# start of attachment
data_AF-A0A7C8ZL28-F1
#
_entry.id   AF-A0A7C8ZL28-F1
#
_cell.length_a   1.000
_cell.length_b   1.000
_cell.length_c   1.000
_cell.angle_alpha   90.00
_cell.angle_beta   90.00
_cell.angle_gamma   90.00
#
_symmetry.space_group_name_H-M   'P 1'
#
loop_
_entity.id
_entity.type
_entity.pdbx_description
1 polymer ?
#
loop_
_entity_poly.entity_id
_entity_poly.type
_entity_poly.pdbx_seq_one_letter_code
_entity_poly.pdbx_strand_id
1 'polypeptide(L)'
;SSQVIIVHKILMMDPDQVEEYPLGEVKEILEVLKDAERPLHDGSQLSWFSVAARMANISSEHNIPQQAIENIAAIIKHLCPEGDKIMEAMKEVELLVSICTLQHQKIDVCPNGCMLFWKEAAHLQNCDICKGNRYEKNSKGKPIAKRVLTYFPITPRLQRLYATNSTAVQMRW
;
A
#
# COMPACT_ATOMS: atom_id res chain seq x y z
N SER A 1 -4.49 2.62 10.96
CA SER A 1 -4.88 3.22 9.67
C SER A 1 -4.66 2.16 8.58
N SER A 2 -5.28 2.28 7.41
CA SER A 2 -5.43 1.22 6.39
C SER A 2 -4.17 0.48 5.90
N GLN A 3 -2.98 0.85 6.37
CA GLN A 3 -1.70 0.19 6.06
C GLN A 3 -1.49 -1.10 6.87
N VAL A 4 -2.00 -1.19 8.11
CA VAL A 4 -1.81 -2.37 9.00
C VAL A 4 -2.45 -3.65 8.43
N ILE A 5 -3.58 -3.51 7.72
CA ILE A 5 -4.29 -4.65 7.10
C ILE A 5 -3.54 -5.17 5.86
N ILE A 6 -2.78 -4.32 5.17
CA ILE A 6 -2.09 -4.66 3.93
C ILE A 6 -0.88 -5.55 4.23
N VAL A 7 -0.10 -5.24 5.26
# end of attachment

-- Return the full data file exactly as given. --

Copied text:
data_AF-A0A7C8ZL28-F1
#
_entry.id   AF-A0A7C8ZL28-F1
#
_cell.length_a   1.000
_cell.length_b   1.000
_cell.length_c   1.000
_cell.angle_alpha   90.00
_cell.angle_beta   90.00
_cell.angle_gamma   90.00
#
_symmetry.space_group_name_H-M   'P 1'
#
loop_
_entity.id
_entity.type
_entity.pdbx_description
1 polymer ?
#
loop_
_entity_poly.entity_id
_entity_poly.type
_entity_poly.pdbx_seq_one_letter_code
_entity_poly.pdbx_strand_id
1 'polypeptide(L)'
;SSQVIIVHKILMMDPDQVEEYPLGEVKEILEVLKDAERPLHDGSQLSWFSVAARMANISSEHNIPQQAIENIAAIIKHLCPEGDKIMEAMKEVELLVSICTLQHQKIDVCPNGCMLFWKEAAHLQNCDICKGNRYEKNSKGKPIAKRVLTYFPITPRLQRLYATNSTAVQMRW
;
A
#
# COMPACT_ATOMS: atom_id res chain seq x y z
N SER A 1 -4.49 2.62 10.96
CA SER A 1 -4.88 3.22 9.67
C SER A 1 -4.66 2.16 8.58
N SER A 2 -5.28 2.28 7.41
CA SER A 2 -5.43 1.22 6.39
C SER A 2 -4.17 0.48 5.90
N GLN A 3 -2.98 0.85 6.37
CA GLN A 3 -1.70 0.19 6.06
C GLN A 3 -1.49 -1.10 6.87
N VAL A 4 -2.00 -1.19 8.11
CA VAL A 4 -1.81 -2.37 9.00
C VAL A 4 -2.45 -3.65 8.43
N ILE A 5 -3.58 -3.51 7.72
CA ILE A 5 -4.29 -4.65 7.10
C ILE A 5 -3.54 -5.17 5.86
N ILE A 6 -2.78 -4.32 5.17
CA ILE A 6 -2.09 -4.66 3.93
C ILE A 6 -0.88 -5.55 4.23
N VAL A 7 -0.10 -5.24 5.26